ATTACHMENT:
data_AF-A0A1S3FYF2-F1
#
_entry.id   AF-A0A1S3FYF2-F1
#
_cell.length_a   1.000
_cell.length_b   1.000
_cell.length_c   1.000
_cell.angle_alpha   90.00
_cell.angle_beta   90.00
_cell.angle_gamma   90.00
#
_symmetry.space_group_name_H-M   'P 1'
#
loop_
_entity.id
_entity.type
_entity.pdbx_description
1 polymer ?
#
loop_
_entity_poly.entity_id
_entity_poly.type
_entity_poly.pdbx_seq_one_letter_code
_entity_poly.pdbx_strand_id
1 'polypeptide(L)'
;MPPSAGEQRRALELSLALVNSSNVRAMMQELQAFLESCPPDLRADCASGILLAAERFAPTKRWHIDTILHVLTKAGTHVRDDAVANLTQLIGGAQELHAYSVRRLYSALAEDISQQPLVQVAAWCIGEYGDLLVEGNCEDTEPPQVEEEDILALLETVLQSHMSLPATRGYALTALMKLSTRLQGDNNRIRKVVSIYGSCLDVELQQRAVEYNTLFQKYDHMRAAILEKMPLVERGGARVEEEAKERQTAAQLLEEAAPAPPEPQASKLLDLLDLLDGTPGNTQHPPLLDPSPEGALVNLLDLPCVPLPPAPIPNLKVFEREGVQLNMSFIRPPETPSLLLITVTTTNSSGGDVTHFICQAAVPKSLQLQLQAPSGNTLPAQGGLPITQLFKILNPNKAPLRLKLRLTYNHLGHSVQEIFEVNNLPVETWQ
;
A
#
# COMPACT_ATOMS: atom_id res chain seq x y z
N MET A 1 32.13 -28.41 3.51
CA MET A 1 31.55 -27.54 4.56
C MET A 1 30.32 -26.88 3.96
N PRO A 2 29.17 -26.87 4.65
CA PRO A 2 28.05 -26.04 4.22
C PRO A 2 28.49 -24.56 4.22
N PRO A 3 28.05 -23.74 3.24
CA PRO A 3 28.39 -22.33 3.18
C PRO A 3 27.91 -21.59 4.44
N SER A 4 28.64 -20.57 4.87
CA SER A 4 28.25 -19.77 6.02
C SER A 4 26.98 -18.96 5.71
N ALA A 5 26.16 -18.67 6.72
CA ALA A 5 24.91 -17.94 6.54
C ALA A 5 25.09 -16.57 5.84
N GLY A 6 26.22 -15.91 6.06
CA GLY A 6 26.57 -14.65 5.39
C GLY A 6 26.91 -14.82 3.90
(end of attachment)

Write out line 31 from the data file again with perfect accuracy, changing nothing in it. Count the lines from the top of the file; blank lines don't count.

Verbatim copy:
N MET A 1 32.13 -28.41 3.51